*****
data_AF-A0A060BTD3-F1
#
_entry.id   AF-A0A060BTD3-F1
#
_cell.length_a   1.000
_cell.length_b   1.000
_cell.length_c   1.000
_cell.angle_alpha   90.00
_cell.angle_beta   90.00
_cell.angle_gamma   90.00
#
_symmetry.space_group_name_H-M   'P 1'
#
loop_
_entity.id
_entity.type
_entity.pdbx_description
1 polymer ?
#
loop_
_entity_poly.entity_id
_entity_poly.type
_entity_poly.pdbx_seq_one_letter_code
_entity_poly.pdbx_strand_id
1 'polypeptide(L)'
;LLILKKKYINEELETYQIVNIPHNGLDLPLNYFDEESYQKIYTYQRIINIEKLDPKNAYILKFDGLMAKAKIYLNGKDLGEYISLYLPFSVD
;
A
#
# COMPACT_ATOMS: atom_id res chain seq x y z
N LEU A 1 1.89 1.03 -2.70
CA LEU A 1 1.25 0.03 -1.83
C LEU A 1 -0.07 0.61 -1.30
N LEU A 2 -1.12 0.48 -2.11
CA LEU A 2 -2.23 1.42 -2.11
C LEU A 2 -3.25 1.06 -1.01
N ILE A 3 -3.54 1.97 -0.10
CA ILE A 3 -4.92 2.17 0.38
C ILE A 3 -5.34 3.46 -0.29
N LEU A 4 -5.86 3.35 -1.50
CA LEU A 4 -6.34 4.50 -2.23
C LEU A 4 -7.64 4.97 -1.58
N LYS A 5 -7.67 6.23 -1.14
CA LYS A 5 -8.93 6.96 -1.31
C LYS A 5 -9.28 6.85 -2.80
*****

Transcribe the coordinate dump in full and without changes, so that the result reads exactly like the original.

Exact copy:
data_AF-A0A060BTD3-F1
#
_entry.id   AF-A0A060BTD3-F1
#
_cell.length_a   1.000
_cell.length_b   1.000
_cell.length_c   1.000
_cell.angle_alpha   90.00
_cell.angle_beta   90.00
_cell.angle_gamma   90.00
#
_symmetry.space_group_name_H-M   'P 1'
#
loop_
_entity.id
_entity.type
_entity.pdbx_description
1 polymer ?
#
loop_
_entity_poly.entity_id
_entity_poly.type
_entity_poly.pdbx_seq_one_letter_code
_entity_poly.pdbx_strand_id
1 'polypeptide(L)'
;LLILKKKYINEELETYQIVNIPHNGLDLPLNYFDEESYQKIYTYQRIINIEKLDPKNAYILKFDGLMAKAKIYLNGKDLGEYISLYLPFSVD
;
A
#
# COMPACT_ATOMS: atom_id res chain seq x y z
N LEU A 1 1.89 1.03 -2.70
CA LEU A 1 1.25 0.03 -1.83
C LEU A 1 -0.07 0.61 -1.30
N LEU A 2 -1.12 0.48 -2.11
CA LEU A 2 -2.23 1.42 -2.11
C LEU A 2 -3.25 1.06 -1.01
N ILE A 3 -3.54 1.97 -0.10
CA ILE A 3 -4.92 2.17 0.38
C ILE A 3 -5.34 3.46 -0.29
N LEU A 4 -5.86 3.35 -1.50
CA LEU A 4 -6.34 4.50 -2.23
C LEU A 4 -7.64 4.97 -1.58
N LYS A 5 -7.67 6.23 -1.14
CA LYS A 5 -8.93 6.96 -1.31
C LYS A 5 -9.28 6.85 -2.80